Treasury prices fell Monday, pushing yields higher, as global stock markets rallied after a robust round of U.S. and Chinese economic data sapped appetite for haven assets like government paper.
The 10-year Treasury note yield TMUBMUSD10Y, -1.04% surged 8 basis points to 2.496%, while the 30-year bond yield TMUBMUSD30Y, -0.49% climbed 7 basis points to 2.890%. Both long-dated maturities marked their biggest daily increases since Jan. 4. The 2-year note yield TMUBMUSD02Y, -1.72% was up 5 basis points to 2.326%, contributing to its biggest one-day rise since Jan. 8. Bond prices move inversely to yields.
China’s manufacturing purchasing managers index rose to 50.5 in March, from 49.2 in the previous month, while its nonmanufacturing gauge also increased to 54.8 in March, from 54.3 in February. A reading of 50 indicates an uptick in industrial activity, while a reading below reflects a slowdown. As one of the key drivers of the global financial cycle, China’s ability to recover from its recent low point is being watched by traders on the lookout for stabilizing global growth.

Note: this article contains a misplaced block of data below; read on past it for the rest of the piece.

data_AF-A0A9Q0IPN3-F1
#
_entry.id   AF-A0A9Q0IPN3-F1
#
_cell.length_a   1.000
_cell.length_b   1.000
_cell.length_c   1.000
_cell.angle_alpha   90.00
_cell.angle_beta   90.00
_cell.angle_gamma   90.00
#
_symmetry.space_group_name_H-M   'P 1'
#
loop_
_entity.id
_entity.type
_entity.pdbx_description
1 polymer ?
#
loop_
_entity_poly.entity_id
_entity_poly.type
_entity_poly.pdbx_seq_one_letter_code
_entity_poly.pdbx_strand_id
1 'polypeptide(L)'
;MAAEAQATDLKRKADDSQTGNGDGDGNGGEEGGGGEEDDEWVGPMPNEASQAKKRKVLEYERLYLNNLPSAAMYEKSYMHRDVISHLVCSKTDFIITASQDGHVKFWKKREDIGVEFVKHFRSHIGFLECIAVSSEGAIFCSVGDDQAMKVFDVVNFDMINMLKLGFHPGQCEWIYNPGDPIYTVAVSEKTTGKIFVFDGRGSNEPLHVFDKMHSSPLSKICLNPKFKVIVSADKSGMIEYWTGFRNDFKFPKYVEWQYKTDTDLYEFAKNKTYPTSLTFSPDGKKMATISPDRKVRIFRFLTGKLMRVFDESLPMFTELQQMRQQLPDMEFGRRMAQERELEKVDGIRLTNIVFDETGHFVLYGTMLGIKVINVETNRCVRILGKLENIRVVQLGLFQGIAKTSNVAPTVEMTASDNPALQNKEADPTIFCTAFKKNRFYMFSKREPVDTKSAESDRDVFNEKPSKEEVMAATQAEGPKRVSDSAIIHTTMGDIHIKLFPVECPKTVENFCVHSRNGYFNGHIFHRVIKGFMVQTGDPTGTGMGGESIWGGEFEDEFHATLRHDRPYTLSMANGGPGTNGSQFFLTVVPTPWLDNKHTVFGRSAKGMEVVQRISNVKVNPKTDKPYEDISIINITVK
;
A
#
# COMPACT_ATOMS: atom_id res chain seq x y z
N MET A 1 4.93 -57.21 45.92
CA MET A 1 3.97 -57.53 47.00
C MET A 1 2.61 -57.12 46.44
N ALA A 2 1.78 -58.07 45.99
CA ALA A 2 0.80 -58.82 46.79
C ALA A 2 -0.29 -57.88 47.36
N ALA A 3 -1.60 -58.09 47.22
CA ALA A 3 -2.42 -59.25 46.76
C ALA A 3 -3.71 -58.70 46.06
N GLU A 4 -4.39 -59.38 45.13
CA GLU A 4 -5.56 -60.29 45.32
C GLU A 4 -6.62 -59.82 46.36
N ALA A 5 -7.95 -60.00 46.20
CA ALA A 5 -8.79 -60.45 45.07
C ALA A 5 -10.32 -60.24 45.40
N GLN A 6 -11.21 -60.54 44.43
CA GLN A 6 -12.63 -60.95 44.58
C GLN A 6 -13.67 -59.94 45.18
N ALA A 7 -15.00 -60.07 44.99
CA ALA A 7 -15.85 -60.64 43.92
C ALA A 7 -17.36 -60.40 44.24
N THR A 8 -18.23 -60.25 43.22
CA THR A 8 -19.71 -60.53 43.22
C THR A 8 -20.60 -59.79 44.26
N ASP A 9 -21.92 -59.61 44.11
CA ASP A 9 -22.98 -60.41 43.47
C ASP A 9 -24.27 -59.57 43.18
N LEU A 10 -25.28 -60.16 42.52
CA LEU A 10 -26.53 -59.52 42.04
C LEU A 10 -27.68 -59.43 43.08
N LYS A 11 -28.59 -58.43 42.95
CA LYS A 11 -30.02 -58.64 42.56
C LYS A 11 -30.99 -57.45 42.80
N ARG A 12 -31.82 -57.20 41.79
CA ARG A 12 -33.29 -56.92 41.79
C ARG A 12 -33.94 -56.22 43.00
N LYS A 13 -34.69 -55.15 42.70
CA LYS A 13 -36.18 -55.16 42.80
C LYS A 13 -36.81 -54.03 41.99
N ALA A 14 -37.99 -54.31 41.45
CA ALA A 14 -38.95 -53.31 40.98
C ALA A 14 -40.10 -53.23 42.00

“The start of a new quarter, trade optimism and a bounce in Chinese PMI data have conspired to trigger an outbreak of bullish risk sentiment on April [Fools’] Day,” wrote Kit Juckes, global macro strategist at Société Générale.
The improving economic activity gave a lift to stocks and other risk assets. China’s CSI 300 index 000300, +0.11% finished higher by 2.6%, while Japan’s Topix index I0000, -0.06% gained 1.5%. The S&P 500 SPX, +1.16% and the Dow Jones Industrial Average DJIA, +1.27% ended higher.
The buoyant mood in risk assets comes as China’s Vice Premier Liu He visits Washington this week for trade negotiations, after China hosted a U.S. delegation led by U.S. Trade Representative Robert Lighthizer and Treasury Secretary Steven Mnuchin in Beijing.
Yields also received a boost after a better-than-expected industrial data suggested factory activity was picking up after a recordlong government closure and winter weather. Stronger economic growth can weigh on bond prices, and lift debt yields, if investors expect an uptick in inflationary pressures, a corrosive influence on a bond’s fixed-income payments.
The Institute for Supply Management’s manufacturing index rose to 55.3 in March, well above the forecast of a 54.3 reading from MarketWatch polled economists. On a more mixed note, February’s retail sales fell 0.2%, versus expectations for a 0.3% increase.
“Above-expectations ISM (and sub components) support the popular notion that March data would demonstrate that early first-quarter weakness was due to weather and the government shutdown,” said Jim Vogel, an interest-rate strategist at FTN Financial, in a Monday note.